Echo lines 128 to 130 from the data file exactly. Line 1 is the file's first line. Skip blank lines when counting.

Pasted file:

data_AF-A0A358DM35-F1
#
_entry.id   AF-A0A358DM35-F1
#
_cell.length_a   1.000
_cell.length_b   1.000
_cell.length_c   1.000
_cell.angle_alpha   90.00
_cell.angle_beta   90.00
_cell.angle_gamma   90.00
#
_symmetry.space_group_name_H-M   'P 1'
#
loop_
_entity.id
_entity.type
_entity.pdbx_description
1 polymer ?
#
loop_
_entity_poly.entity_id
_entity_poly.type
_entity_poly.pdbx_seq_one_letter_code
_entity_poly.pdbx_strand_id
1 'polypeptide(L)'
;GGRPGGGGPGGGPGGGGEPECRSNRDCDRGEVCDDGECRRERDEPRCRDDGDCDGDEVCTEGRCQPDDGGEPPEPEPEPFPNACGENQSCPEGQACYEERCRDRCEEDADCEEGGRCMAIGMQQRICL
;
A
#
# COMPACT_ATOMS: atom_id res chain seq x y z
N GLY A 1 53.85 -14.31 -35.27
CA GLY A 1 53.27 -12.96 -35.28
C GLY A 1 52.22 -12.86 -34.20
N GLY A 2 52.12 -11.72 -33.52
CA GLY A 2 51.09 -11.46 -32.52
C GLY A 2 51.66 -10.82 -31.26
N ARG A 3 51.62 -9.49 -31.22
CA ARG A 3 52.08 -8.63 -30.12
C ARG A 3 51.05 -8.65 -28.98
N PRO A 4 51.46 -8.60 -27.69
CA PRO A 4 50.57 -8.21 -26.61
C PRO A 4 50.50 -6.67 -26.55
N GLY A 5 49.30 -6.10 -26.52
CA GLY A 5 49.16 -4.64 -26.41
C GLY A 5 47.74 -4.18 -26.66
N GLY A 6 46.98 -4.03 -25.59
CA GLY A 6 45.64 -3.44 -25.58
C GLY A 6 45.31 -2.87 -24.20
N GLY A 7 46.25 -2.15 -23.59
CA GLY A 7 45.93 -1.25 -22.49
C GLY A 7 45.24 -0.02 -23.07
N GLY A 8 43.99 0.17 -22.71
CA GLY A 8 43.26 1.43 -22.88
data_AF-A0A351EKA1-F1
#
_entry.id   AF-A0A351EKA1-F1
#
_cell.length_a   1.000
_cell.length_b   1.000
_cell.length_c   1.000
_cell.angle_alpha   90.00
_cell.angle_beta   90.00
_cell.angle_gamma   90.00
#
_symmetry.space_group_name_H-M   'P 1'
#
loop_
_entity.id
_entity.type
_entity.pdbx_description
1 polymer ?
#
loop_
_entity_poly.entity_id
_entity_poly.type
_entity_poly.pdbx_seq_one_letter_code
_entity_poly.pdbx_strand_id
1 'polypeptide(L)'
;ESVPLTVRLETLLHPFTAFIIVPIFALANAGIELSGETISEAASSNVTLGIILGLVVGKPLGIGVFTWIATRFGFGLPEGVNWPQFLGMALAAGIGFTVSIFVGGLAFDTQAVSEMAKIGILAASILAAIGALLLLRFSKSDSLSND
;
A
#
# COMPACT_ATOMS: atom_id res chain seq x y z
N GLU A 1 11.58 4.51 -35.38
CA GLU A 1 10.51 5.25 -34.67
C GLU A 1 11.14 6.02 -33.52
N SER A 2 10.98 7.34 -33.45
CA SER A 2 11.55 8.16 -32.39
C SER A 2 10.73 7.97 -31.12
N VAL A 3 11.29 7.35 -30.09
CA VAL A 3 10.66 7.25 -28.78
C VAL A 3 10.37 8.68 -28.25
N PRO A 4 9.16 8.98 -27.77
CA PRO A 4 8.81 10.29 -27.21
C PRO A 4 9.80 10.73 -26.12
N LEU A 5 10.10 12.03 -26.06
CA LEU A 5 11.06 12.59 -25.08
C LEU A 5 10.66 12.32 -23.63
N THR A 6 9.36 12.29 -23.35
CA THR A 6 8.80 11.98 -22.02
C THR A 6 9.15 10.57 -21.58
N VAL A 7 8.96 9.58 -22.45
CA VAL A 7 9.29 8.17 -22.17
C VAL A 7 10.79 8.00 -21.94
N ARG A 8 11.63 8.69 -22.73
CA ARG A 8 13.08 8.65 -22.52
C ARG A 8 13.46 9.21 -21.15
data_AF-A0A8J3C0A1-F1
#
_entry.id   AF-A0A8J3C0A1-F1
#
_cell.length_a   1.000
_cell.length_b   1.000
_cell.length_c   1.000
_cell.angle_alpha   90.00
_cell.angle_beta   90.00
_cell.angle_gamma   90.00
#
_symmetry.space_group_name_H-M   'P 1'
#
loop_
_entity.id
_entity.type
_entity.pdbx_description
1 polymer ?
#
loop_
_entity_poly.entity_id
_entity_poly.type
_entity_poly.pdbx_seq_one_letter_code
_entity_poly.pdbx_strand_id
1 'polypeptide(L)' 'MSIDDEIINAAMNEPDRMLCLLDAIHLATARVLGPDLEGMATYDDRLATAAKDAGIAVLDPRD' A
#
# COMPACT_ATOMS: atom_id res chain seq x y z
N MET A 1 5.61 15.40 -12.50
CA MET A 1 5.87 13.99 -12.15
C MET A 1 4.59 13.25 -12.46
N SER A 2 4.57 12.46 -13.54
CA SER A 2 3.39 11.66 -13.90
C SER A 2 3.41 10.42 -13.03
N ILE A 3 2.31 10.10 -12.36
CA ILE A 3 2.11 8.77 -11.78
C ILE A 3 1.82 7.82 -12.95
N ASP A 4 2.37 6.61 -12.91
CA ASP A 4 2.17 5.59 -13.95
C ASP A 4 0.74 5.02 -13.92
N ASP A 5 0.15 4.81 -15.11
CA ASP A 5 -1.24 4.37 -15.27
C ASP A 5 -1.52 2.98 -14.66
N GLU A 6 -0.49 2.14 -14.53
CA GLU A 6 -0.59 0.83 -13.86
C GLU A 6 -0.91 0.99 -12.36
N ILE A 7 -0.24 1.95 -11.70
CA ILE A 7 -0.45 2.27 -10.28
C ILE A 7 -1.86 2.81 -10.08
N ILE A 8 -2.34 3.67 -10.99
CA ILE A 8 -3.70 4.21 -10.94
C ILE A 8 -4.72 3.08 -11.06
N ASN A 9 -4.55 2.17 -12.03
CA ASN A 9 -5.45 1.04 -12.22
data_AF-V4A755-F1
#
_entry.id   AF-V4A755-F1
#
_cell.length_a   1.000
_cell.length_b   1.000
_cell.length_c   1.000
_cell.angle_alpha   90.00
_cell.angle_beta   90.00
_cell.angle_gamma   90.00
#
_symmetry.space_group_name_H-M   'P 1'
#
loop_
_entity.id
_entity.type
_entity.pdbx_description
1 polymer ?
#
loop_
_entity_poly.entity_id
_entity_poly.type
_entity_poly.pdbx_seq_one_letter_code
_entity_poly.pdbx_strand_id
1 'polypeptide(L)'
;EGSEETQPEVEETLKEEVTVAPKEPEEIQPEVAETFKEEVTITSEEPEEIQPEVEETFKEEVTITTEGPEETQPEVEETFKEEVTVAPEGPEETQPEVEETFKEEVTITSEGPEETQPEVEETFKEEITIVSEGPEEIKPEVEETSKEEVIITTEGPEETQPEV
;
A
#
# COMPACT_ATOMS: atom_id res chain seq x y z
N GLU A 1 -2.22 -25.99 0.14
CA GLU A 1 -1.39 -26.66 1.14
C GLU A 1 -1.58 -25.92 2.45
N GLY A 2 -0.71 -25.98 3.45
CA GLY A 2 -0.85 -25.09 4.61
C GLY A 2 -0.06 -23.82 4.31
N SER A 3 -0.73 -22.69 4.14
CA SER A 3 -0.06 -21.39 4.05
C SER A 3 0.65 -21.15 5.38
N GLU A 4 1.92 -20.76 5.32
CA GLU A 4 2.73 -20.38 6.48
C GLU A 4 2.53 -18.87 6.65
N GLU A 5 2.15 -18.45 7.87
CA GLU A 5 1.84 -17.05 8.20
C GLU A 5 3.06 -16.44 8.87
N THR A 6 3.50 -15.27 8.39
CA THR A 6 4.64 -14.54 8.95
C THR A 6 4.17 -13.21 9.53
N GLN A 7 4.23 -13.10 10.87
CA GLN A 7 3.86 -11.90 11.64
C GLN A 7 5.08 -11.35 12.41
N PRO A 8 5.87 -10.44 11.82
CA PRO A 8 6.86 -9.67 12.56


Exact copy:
_entity_poly.entity_id
_entity_poly.type
_entity_poly.pdbx_seq_one_letter_code